Gutter Repair and Maintenance

Gutters are an essential part of a home’s exterior.  They handle an enormous amount of water and deposit it where you want it to go — preferably away from your home’s foundation.  When gutters fail, a wet basement and other problems can be the result.  This roofing guide looks at gutter repairs — identifying and fixing the most common problems with gutters.

Leaking Gutter Seams

Gutter leaks are common with gutters that have seams.  Today’s extruded gutters are seamless, but many homes still have gutters with seams where two pieces have been joined together.  The best time to find out if gutter seams are leaking is when its not raining.  When gutters are dry, turn on the garden hose and let it run into the gutter at the location furthest from the downspout.  Within 3-5 minutes you will see water leaking if there is a problem.  Mark the seams that are leaking and turn off the hose.

Let the water drain from the gutters and allow the gutter to dry completely.  Use a coarse brush to clean in the inside and outside of the seams, and then wipe them with a cloth to remove dust and grit.  Use silicone rubber caulk to seal the seams on both the inside and the outside of the gutter.  Don’t put on an excessive amount, but do “tool” the caulk to press it into the seams.  Avoid using your finger because seams can be sharp.  A putty knife will work well.

Small Holes

Small holes in aluminum gutters can be patched with roofing cement and a putty knife.  Make sure the area around the hole is very clean and dry.  Spread on enough cement to fill/cover the hole and and about an inch in each direction.  On cool days, keep the cement inside your home until you are ready to use it.  Warm cement is easier to work with.  If the cement sags in the hole, you’ve got a large hole that needs to be patched.

Large Holes

Use a piece of sheet metal to cover the hole, and use roofing cement to hold the patch in place.  Cover the edges of the patch with cement to prevent water from working its way under it.  Again, make sure the entire area is clean and dry so you will get the adhesion you need.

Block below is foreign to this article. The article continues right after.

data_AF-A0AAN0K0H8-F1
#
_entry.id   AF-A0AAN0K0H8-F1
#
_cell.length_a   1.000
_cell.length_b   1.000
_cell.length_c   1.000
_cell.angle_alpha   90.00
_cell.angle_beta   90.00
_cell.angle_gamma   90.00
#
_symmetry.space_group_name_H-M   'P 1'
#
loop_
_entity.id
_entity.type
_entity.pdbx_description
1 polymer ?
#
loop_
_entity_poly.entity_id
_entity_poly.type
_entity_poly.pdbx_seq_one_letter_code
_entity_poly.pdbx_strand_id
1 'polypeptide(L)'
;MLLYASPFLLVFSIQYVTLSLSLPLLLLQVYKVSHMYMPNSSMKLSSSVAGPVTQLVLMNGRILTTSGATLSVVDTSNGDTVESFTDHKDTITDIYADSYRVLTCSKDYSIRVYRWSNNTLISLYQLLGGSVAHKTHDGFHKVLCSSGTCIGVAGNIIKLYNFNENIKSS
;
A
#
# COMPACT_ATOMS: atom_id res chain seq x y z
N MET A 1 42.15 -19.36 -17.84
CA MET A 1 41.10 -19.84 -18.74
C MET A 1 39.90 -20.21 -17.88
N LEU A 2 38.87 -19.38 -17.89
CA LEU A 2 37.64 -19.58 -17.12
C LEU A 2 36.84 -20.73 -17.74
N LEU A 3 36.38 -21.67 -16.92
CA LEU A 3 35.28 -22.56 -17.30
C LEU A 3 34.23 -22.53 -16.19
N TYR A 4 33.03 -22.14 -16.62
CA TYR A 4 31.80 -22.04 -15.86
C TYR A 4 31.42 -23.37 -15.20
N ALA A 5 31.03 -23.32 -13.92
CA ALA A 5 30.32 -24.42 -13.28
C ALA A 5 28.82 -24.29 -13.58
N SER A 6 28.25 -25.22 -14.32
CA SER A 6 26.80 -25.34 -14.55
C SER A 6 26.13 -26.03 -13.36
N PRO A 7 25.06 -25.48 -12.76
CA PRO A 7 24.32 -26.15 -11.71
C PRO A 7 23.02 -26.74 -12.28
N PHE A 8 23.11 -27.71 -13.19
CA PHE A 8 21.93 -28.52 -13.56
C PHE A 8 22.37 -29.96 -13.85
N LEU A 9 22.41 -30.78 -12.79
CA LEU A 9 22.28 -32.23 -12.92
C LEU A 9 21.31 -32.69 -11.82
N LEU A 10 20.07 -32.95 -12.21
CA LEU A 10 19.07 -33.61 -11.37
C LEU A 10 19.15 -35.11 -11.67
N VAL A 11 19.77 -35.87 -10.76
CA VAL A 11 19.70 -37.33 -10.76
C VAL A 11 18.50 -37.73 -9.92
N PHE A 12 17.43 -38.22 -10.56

Sagging Gutters

With time, gutters may sag and cause low spots that hold water.  The way to fix sagging gutters is to add gutter hangers.  Attach one at the sagging spot and raise it up until it is inline with the rest of the gutter.  Don’t raise it too high or you’ll create a new “low spot” that will hold water.

Overflowing Gutters

The primary cause of overflowing gutters is a blockage caused by leaves, debris, a tennis ball, etc.  Clean out the gutters at least a couple of times a year, or as needed, especially in the fall when falling leaves and falling rain are a common combination in many parts of the country.

A second cause of overflowing gutters is gutters that simply aren’t big enough or that are asked to carry too much water.  You may need to replace gutters with those that can carry a larger volume of water.  Another option is to section the gutter and add a downspout in the middle, effectively dividing the amount of water it is required to carry.

Leaking Downspouts

Leaking downspouts are a serious problem because they handle a lot of water and leaks can lead to water finding its way into your basement or crawl space.  While repairing leaks in downspout seams may work, it is probably a better idea to replace the downspout rather than risk serious damage to your home’s foundation.

Short Downspout Extenders

If your downspout dumps water onto a driveway or patio that is sloped away from the house, a short horizontal elbow or extension is fine.  But if the downspout dumps water onto grass, you need to make sure it empties at least 4 feet away from the foundation, and 6-8 feet is better, especially if you have soil containing clay.  Accomplish this by adding downspout extenders.  They are inexpensive and readily available at home improvement stores.  Solid drain tile will work just as well as long as it can be secured to the downspout effectively.

Finally, It is important to make gutter repairs on a regular basis so that you can control the flow of water away from your home’s foundation.  Check them twice a year at least and clean them often.  With maintenance and cleaning they should do their job and help keep your basement dry.


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